Thursday, January 10, 2008


Véraison is a French term but has been adopted into viticultural English. The official definition of véraison is "change of colour of the grape berries" and signifies the change from grape berry growth to ripening.
Red grapes turn from green to red (anthocyanin pigment formation), white grapes from green to yellow (carotene and xanthophyll pigment formation).
Fruit development occurs in two distinct growth cycles separated by a period of little or no growth as part of a double sigmoid curve pattern. The first is the green stage where rapid cell division takes place and high levels of malic and tartaric acid are produced. Then during the "rest" period embryonic development within the seed occurs. This is followed by rapid water intake and cell enlargement but little or no cell division with a resultant softening, accumulation
of sugars and metabolism of acids.

Water is the main component of a grape berry with between 70 and 85% present.
Two sugars, glucose and fructose account for around 90% of the soluble carbohydrate in grape juice.
There are also traces of alcohols such as ethanol and glycerol.
Along with tartaric and malic acids (90%) citric, lactic, succinic and acetic acids occur in very small amounts.
The two main groups of phenols are tannins and anthocyanins.
Mineral nutrients include K and N (amino acids, ammonium ions and proteins).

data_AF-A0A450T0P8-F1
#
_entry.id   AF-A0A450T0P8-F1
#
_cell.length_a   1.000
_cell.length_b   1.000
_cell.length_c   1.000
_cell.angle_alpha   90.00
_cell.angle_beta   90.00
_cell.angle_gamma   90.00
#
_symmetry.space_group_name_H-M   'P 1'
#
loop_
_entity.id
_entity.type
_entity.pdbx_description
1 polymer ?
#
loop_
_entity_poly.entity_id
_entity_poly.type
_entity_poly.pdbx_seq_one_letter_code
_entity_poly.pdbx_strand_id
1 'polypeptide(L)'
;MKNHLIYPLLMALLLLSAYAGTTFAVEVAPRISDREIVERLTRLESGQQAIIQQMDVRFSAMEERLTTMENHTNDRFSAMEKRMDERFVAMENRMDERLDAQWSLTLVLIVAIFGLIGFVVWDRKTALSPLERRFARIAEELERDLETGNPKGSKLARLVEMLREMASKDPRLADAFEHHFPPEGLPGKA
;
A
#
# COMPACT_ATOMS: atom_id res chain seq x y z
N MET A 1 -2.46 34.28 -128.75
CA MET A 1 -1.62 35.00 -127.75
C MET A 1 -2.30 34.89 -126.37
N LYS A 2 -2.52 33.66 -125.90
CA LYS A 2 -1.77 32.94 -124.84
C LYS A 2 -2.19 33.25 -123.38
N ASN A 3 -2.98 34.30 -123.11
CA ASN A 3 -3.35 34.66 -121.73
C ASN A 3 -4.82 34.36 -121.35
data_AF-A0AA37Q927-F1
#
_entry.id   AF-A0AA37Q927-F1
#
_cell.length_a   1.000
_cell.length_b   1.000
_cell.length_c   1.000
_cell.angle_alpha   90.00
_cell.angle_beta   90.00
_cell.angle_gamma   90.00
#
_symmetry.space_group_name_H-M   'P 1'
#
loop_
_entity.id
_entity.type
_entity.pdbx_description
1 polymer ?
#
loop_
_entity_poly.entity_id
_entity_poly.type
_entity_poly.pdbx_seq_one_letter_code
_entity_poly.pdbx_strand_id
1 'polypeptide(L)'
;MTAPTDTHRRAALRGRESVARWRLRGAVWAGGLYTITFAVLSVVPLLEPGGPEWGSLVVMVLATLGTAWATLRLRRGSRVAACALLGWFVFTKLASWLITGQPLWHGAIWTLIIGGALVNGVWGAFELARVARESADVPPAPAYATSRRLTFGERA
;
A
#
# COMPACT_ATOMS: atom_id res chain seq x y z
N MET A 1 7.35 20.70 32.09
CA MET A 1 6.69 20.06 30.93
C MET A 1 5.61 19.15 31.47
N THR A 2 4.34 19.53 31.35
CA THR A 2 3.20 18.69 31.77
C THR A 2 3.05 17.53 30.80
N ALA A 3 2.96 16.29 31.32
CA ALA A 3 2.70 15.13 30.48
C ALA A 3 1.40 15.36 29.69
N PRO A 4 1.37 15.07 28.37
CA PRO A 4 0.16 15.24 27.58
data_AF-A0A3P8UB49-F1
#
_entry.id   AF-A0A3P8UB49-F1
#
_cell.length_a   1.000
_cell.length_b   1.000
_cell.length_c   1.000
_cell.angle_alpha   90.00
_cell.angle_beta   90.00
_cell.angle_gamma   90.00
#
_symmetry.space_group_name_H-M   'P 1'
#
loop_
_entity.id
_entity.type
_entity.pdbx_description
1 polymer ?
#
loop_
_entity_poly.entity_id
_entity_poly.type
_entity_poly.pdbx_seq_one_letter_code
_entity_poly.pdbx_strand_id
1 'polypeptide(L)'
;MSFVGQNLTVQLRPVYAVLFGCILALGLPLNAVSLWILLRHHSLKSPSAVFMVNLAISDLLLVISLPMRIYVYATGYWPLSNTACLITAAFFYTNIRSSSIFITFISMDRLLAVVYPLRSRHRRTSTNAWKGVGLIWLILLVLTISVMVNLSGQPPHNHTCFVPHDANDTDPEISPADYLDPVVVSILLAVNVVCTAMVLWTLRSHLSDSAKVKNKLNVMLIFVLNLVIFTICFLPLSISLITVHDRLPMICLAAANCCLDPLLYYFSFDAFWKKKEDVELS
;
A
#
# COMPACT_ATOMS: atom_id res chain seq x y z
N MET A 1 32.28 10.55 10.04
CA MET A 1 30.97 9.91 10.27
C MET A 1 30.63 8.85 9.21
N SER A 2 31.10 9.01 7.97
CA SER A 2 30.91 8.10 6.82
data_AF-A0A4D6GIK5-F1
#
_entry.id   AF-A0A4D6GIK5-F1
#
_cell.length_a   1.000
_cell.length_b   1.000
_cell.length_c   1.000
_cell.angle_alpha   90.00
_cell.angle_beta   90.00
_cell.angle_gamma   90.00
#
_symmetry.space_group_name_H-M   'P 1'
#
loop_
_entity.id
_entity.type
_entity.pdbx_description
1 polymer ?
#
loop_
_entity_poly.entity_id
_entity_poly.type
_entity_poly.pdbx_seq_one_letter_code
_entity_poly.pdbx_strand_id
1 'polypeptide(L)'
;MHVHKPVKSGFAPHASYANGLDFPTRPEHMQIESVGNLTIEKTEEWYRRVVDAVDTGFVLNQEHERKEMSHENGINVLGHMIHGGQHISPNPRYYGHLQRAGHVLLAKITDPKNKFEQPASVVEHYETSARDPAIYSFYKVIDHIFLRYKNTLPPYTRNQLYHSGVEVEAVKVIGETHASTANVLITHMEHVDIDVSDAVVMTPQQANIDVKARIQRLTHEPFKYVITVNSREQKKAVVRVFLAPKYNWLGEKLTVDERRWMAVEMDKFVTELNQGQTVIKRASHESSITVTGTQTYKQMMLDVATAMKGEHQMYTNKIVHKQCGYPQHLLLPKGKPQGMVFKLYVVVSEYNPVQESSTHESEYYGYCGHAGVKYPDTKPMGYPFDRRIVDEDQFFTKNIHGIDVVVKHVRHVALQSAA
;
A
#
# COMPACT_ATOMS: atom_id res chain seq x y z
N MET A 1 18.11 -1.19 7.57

Small traces of compounds that account for the flavour and aroma of wine eg. terpenes and methoxypyrazines along with hundreds of yet unidentified compounds are also present.
Technical ripeness is usually defined as a correct balance of sugar, pH and acidity. This is very dependent on climate conditions and most times an imbalance of these three criteria occurs.
For example, warm climates produce grapes of a higher sugar level but lower acidity. Cool climate grapes the opposite.
Also to be considered are aromatic maturity (varietal and fermentation aroma precursors) and phenolic maturity (tannin concentrations) which are also climate related.
To catch these three maturity indices in sync is always the aim but hardly ever achieved.
One has to strike a happy balance.
In Australia we can always add acid during the winemaking process but adding sugar is not allowed. So sugar levels, aromatic and tannin maturity are closely monitored during ripening.
Sugar ripeness is determined by taking samples of grapes from a cross section of the vineyard as the ripening process progresses and testing the juice of a combined crush with either a hydrometer or by refractometer.
Sugar levels are commonly designated in degrees Baume or Brix.
1° Baume = 1.8° Brix
We use Baume here as it also indicates the potential alcohol level of the finished wine eg. 12° Baume = 12% alcohol (v/v).

pH meter - hydrometer - refractometer
pH is measured by a pH meter and indicates the hydrogen ion activity of the acid. This is an important number as it will determine the addition rate of various chemicals during the wine making process eg. sulphur dioxide.
Titratable acidity (TA) indicates the concentration of the acid present in g/L (tartaric acid).
Not all varieties of grapes ripen at the same time.
Here we expect the Pinot Noir and Tempranillo to be ready early February, the Semillon a little later that month and the Cabernet Sauvignon some time in April.

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